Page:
An Ode To PBR

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Let me concede at the outset that yes, to the majority of beer lovers, Pabst, the wonderchild of the Pabst Brewing Company, is the laughing stock of the world macrobeer selection for two main reasons:

1) It claims to be “America’s Best” due to the single blue ribbon that it won at the World’s Columbian Exposition in Chicago back in 1893 (and that historical fact itself is dubious).
2) It’s enjoyed all around by millennial hipsters (aka a large number of twenty-somethings, apparently myself included, that comprise my generation).

Still, there’s this scene in David Lynch’s Blue Velvet that summarizes my opinions on PBR despite what anyone might say:

Despite these two stigmas I, like the outspoken character in Blue Velvet, love my cans of shitty PBR.

When I got to college and began my drinking days, I was pretty much a booze novice, especially in terms of beer. My dad was a Scotch man, my mother pretty much avoided the sauce, and I kid you not when I say I did not drink in high school. Okay, I had sampled two beers before I turned 18—a very warm Corona Light and a Budweiser my dad bought me once that I left unfinished. Essentially, my experiences with beer were minimal, and furthermore, I had no idea about the “cool-ness” attached to PBR. So when I found myself at a freshman dorm party and my options were either Bud or Pabst Blue Ribbon, I opted for the uncharted Midwestern waters.

Unlike the watery Corona Light that could’ve used a blast freezer and a lime, or that “meh”-grade Budweiser, PBR tasted like, well, a decent, solid beer. There was (and consistently is) a definitive sweet, biscuit-y malt grain that comes across crisp and affirmative, kissed with a slightly grassy hop-driven bitterness. PBR is delicious to come home and drink after biking around in the sweltering New York City sun, and fortunately, it was almost always present at parties, either in 12 oz. cans or 40 oz. bottles for the heavy drinkers.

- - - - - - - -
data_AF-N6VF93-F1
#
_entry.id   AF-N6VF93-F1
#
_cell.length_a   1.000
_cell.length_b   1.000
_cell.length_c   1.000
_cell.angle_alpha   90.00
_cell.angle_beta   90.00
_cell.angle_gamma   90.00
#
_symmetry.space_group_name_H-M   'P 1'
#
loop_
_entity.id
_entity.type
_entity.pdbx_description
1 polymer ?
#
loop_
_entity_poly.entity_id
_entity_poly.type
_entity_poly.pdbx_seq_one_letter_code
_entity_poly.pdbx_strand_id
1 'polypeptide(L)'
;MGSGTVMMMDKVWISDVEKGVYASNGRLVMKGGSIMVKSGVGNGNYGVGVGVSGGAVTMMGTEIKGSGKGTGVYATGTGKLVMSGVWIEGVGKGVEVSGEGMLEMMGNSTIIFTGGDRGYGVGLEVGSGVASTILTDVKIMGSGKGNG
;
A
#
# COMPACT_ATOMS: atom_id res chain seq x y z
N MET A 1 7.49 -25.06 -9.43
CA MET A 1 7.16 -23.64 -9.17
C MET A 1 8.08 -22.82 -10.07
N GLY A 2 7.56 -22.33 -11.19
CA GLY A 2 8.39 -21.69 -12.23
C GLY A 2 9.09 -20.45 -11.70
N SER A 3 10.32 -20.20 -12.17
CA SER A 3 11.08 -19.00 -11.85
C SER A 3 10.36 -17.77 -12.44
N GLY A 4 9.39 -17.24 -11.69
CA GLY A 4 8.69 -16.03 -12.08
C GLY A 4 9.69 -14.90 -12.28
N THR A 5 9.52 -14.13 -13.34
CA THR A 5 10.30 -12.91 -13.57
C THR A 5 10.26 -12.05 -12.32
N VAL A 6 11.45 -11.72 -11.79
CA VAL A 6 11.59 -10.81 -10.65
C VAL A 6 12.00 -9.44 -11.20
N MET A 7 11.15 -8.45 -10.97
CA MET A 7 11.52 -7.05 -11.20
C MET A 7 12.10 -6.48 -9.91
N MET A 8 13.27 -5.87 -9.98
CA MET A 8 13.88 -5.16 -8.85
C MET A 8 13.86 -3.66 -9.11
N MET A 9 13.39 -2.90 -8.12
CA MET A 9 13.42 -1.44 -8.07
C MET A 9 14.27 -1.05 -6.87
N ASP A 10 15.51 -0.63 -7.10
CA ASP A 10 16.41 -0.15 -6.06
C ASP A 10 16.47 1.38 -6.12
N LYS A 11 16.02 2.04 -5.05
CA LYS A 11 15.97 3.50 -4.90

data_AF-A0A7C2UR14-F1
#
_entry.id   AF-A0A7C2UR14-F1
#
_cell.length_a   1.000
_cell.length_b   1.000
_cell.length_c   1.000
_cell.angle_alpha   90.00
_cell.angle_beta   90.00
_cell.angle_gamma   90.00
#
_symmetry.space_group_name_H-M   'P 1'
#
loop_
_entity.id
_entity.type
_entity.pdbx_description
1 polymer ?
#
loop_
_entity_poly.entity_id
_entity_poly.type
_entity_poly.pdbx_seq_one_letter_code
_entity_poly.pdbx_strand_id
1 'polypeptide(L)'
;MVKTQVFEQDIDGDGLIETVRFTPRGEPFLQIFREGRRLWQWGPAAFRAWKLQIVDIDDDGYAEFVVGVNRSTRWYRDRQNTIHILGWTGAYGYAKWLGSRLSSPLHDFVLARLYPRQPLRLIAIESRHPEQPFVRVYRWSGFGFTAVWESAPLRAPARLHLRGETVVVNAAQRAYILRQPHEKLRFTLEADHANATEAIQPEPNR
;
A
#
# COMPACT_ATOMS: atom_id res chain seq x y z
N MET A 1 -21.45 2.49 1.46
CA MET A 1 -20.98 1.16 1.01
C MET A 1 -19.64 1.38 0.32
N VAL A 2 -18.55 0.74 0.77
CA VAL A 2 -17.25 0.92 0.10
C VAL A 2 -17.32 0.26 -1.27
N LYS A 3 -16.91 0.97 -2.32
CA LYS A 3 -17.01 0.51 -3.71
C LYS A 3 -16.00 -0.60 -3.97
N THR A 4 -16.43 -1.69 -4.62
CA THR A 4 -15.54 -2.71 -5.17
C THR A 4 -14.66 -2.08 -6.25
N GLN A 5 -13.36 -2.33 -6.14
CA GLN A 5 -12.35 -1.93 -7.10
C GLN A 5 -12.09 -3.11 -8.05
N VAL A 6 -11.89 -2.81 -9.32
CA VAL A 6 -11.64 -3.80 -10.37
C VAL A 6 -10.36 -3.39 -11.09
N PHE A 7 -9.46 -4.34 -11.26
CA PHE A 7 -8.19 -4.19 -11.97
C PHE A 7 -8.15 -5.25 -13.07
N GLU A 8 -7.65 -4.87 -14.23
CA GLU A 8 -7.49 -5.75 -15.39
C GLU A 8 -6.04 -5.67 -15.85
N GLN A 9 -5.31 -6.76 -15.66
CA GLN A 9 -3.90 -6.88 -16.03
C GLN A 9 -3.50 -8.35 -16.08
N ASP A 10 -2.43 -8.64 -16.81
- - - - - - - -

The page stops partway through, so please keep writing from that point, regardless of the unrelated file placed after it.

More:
Admittedly, PBR did more than just become a reliable go-to beer. “America’s Best” got me my first college girlfriend. She showed me the Blue Velvet scene on her iPhone when we were drinking PBR at a fairy-light-tinged and Dharma Tapestry adorned dorm party, and that was enough to break some serious ice. PBR’s Texas cousin, Lone Star, was featured heavily on HBO’s True Detective, proving that the best of crappy macrobeer also can resonate with state pride. PBR is what loosened (and continues to loosen) me up at concerts, most notably at the now-defunct Death By Audio in Brooklyn, NY (R.I.P.). These are all solid reasons to love PBR, but I’d be lying if I said economics doesn’t play into my admiration of this beer. PBR is dirt-cheap.

When it was said ex’s birthday and sake bombs were the requested “specialty drink” for her birthday party, $17 was enough to acquire a 30-pack of PBR from the nearby bodega, leaving plenty of cash for the $5 sake bottles and take-out chops sticks. Let’s just say that I won major brownie points for what turned out to be a painless expenditure, and there was still beer for the next day.

So sure, there are plenty of reasons to hate on PBR. But after growing from a beer novice to the resident beer snob in four quick years, my opinion on PBR hasn’t changed. When the microbrew chips are down and I’m stuck with the macros, the question of what to drink found its answer long ago: Anything else? Fuck that shit! PABST BLUE RIBBON!!

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